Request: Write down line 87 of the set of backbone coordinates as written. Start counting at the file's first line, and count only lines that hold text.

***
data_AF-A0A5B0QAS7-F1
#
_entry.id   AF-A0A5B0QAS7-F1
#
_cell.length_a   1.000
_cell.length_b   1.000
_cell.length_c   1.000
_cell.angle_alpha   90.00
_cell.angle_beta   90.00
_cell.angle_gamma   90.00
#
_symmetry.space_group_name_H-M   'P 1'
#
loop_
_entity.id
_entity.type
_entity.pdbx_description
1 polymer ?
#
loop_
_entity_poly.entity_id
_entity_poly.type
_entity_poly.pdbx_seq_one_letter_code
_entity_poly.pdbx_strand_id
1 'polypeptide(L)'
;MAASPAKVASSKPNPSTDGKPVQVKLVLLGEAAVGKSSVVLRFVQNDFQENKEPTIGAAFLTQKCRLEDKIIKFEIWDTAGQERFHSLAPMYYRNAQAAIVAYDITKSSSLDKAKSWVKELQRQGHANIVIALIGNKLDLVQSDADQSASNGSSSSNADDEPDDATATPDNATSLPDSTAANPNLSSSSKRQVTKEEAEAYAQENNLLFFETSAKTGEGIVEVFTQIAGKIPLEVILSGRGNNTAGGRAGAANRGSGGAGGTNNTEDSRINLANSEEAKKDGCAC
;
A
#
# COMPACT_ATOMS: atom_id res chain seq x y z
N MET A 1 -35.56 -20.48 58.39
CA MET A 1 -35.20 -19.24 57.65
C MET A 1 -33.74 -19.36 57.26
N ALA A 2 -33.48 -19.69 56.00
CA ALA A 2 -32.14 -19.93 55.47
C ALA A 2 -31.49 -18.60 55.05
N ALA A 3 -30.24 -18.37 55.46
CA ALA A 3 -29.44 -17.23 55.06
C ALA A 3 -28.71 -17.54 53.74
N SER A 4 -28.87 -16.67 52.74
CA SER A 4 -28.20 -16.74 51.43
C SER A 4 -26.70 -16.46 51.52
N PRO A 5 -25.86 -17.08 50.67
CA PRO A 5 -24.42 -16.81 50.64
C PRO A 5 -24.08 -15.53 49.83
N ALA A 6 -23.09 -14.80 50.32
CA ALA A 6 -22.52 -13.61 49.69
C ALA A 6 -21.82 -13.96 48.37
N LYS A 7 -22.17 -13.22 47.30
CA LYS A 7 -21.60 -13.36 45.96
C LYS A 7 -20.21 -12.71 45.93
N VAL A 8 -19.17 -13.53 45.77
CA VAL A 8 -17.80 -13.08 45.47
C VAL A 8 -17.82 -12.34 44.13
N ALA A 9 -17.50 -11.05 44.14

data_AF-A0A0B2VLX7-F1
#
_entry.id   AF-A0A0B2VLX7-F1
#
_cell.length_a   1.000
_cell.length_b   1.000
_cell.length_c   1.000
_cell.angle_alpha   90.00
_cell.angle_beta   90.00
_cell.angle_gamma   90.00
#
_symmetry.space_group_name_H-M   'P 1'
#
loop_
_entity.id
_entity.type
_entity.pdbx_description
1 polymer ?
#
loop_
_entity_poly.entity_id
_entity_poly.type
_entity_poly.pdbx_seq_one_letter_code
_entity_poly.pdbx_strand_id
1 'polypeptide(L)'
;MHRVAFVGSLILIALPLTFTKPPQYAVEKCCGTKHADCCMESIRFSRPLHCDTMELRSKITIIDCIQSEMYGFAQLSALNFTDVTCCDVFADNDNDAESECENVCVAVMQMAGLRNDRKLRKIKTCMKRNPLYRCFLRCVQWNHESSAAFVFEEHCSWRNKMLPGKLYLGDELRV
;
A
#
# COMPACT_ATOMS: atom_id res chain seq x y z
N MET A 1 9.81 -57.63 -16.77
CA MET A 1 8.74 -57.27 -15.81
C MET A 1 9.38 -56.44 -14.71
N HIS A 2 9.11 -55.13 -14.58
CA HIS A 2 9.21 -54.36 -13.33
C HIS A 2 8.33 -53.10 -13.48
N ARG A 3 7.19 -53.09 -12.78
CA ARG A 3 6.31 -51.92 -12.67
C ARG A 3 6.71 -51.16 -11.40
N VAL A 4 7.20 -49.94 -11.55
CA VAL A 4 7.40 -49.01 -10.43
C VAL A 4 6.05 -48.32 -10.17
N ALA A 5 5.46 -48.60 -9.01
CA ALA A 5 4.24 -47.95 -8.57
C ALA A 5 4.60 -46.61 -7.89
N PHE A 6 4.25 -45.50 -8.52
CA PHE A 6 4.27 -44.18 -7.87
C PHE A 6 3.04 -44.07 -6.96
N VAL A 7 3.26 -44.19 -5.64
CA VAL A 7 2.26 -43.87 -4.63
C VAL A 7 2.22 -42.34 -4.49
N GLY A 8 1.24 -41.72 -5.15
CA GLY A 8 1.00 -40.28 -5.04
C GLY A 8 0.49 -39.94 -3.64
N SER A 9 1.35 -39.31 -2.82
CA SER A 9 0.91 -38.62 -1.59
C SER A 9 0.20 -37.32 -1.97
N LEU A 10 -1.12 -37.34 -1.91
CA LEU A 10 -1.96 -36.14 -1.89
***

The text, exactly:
CA MET A 1 8.74 -57.27 -15.81